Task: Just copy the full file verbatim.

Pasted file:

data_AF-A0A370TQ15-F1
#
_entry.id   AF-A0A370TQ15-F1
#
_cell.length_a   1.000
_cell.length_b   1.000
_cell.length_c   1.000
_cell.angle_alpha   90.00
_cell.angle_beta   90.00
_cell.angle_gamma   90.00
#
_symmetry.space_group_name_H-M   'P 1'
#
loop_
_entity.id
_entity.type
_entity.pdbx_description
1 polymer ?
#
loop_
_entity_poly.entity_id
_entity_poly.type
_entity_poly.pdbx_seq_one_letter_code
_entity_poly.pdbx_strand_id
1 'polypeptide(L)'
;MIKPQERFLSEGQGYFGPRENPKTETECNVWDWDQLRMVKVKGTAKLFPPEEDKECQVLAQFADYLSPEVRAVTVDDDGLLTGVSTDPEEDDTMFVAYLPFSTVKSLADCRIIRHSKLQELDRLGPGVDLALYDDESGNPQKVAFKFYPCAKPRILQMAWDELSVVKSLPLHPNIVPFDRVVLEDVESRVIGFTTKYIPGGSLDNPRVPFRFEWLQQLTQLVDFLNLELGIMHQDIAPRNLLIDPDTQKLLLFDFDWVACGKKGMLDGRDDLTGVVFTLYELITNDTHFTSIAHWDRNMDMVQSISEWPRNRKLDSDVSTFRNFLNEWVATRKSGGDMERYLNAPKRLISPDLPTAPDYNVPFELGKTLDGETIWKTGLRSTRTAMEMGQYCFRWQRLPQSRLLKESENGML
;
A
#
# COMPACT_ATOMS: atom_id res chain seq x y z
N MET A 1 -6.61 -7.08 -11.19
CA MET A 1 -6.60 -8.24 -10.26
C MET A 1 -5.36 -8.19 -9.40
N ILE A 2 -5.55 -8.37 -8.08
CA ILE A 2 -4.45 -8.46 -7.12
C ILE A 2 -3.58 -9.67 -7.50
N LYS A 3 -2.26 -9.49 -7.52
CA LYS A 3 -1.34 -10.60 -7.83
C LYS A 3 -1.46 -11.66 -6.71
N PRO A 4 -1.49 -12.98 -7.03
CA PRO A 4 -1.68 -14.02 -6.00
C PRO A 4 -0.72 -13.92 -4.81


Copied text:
data_AF-A0A370TQ15-F1
#
_entry.id   AF-A0A370TQ15-F1
#
_cell.length_a   1.000
_cell.length_b   1.000
_cell.length_c   1.000
_cell.angle_alpha   90.00
_cell.angle_beta   90.00
_cell.angle_gamma   90.00
#
_symmetry.space_group_name_H-M   'P 1'
#
loop_
_entity.id
_entity.type
_entity.pdbx_description
1 polymer ?
#
loop_
_entity_poly.entity_id
_entity_poly.type
_entity_poly.pdbx_seq_one_letter_code
_entity_poly.pdbx_strand_id
1 'polypeptide(L)'
;MIKPQERFLSEGQGYFGPRENPKTETECNVWDWDQLRMVKVKGTAKLFPPEEDKECQVLAQFADYLSPEVRAVTVDDDGLLTGVSTDPEEDDTMFVAYLPFSTVKSLADCRIIRHSKLQELDRLGPGVDLALYDDESGNPQKVAFKFYPCAKPRILQMAWDELSVVKSLPLHPNIVPFDRVVLEDVESRVIGFTTKYIPGGSLDNPRVPFRFEWLQQLTQLVDFLNLELGIMHQDIAPRNLLIDPDTQKLLLFDFDWVACGKKGMLDGRDDLTGVVFTLYELITNDTHFTSIAHWDRNMDMVQSISEWPRNRKLDSDVSTFRNFLNEWVATRKSGGDMERYLNAPKRLISPDLPTAPDYNVPFELGKTLDGETIWKTGLRSTRTAMEMGQYCFRWQRLPQSRLLKESENGML
;
A
#
# COMPACT_ATOMS: atom_id res chain seq x y z
N MET A 1 -6.61 -7.08 -11.19
CA MET A 1 -6.60 -8.24 -10.26
C MET A 1 -5.36 -8.19 -9.40
N ILE A 2 -5.55 -8.37 -8.08
CA ILE A 2 -4.45 -8.46 -7.12
C ILE A 2 -3.58 -9.67 -7.50
N LYS A 3 -2.26 -9.49 -7.52
CA LYS A 3 -1.34 -10.60 -7.83
C LYS A 3 -1.46 -11.66 -6.71
N PRO A 4 -1.49 -12.98 -7.03
CA PRO A 4 -1.68 -14.02 -6.00
C PRO A 4 -0.72 -13.92 -4.81